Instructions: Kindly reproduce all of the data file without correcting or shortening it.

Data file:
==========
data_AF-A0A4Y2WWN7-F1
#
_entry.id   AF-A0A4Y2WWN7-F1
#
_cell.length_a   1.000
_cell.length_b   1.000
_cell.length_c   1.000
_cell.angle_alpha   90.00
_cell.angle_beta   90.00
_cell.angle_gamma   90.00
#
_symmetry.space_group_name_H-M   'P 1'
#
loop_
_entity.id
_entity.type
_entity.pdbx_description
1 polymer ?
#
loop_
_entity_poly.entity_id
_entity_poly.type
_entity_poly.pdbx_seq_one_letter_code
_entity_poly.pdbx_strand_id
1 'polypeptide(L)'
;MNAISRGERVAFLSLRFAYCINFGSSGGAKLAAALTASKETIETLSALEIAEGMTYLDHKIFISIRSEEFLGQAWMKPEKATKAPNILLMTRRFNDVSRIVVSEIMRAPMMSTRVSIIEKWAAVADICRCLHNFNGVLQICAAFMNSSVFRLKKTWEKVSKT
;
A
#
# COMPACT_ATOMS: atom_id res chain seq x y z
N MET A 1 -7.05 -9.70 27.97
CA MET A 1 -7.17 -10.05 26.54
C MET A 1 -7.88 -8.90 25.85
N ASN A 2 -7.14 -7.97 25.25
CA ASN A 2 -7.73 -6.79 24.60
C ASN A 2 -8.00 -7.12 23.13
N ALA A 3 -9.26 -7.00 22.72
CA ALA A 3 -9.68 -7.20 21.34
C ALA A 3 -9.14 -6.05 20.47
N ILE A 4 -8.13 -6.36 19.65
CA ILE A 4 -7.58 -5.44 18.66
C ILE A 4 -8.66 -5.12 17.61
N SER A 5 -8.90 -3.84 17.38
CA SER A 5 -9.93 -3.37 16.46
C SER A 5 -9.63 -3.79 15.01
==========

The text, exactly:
data_AF-A0A4Y2WWN7-F1
#
_entry.id   AF-A0A4Y2WWN7-F1
#
_cell.length_a   1.000
_cell.length_b   1.000
_cell.length_c   1.000
_cell.angle_alpha   90.00
_cell.angle_beta   90.00
_cell.angle_gamma   90.00
#
_symmetry.space_group_name_H-M   'P 1'
#
loop_
_entity.id
_entity.type
_entity.pdbx_description
1 polymer ?
#
loop_
_entity_poly.entity_id
_entity_poly.type
_entity_poly.pdbx_seq_one_letter_code
_entity_poly.pdbx_strand_id
1 'polypeptide(L)'
;MNAISRGERVAFLSLRFAYCINFGSSGGAKLAAALTASKETIETLSALEIAEGMTYLDHKIFISIRSEEFLGQAWMKPEKATKAPNILLMTRRFNDVSRIVVSEIMRAPMMSTRVSIIEKWAAVADICRCLHNFNGVLQICAAFMNSSVFRLKKTWEKVSKT
;
A
#
# COMPACT_ATOMS: atom_id res chain seq x y z
N MET A 1 -7.05 -9.70 27.97
CA MET A 1 -7.17 -10.05 26.54
C MET A 1 -7.88 -8.90 25.85
N ASN A 2 -7.14 -7.97 25.25
CA ASN A 2 -7.73 -6.79 24.60
C ASN A 2 -8.00 -7.12 23.13
N ALA A 3 -9.26 -7.00 22.72
CA ALA A 3 -9.68 -7.20 21.34
C ALA A 3 -9.14 -6.05 20.47
N ILE A 4 -8.13 -6.36 19.65
CA ILE A 4 -7.58 -5.44 18.66
C ILE A 4 -8.66 -5.12 17.61
N SER A 5 -8.90 -3.84 17.38
CA SER A 5 -9.93 -3.37 16.46
C SER A 5 -9.63 -3.79 15.01